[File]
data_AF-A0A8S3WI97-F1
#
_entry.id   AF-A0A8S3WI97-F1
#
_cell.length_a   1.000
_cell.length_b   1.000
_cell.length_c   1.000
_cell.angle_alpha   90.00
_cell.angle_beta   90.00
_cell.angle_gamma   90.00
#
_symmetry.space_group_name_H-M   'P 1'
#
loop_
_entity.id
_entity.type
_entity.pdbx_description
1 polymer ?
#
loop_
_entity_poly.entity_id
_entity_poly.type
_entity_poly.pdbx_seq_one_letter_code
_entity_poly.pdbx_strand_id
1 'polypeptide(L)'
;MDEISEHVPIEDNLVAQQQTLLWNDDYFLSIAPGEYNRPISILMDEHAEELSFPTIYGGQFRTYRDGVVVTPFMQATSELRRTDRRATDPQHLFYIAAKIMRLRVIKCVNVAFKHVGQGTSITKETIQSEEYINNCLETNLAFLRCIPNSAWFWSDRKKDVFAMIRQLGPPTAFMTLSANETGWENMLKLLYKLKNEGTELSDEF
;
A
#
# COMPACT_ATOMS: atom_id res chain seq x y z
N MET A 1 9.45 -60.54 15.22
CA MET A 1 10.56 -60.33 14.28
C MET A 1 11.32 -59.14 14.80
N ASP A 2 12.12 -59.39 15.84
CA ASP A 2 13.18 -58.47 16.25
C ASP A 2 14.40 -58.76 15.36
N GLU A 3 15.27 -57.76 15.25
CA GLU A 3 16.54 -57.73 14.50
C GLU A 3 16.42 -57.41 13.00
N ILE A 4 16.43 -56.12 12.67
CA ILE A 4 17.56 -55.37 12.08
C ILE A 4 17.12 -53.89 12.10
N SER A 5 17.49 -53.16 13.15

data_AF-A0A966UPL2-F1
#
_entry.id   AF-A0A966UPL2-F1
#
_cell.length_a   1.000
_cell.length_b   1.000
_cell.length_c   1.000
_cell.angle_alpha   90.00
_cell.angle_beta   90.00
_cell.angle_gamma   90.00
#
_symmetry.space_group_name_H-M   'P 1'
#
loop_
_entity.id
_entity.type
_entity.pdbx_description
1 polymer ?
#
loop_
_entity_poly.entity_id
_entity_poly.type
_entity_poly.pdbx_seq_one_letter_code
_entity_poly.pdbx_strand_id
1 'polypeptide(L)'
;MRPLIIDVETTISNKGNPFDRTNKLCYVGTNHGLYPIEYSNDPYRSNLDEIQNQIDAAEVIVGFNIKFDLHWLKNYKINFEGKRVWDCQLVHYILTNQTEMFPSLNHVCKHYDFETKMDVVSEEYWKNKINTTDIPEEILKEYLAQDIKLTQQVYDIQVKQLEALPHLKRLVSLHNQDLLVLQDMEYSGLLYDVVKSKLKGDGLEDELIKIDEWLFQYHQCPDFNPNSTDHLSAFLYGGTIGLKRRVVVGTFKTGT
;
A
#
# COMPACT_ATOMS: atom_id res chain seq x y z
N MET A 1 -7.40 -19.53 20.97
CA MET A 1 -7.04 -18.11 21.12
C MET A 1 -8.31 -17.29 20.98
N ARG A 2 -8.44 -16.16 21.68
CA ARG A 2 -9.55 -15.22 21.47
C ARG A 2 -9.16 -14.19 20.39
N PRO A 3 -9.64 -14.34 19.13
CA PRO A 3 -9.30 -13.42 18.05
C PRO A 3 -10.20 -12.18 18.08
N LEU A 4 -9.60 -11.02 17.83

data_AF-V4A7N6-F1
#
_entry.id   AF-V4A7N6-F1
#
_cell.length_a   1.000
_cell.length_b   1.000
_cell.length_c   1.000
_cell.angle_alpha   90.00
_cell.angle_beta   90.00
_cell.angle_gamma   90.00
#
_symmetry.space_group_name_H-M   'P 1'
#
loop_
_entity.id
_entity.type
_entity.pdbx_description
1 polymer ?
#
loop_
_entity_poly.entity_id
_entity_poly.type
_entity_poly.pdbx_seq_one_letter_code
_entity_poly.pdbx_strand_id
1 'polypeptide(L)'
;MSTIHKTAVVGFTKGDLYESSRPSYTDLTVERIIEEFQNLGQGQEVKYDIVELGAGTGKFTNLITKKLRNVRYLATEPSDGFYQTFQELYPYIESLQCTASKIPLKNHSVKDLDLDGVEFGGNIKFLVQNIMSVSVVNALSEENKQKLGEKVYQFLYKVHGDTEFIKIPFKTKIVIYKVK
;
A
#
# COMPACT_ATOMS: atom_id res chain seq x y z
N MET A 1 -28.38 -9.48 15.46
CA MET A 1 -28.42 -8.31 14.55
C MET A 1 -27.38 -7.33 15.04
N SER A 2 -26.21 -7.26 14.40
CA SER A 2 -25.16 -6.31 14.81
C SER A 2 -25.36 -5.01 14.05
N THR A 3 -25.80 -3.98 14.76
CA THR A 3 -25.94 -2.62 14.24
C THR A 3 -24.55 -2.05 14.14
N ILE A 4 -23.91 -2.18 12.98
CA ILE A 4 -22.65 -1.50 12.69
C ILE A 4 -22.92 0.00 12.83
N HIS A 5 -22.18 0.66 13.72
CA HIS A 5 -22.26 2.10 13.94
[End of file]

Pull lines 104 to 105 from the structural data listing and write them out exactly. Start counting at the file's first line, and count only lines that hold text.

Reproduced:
_entity_poly.entity_id
_entity_poly.type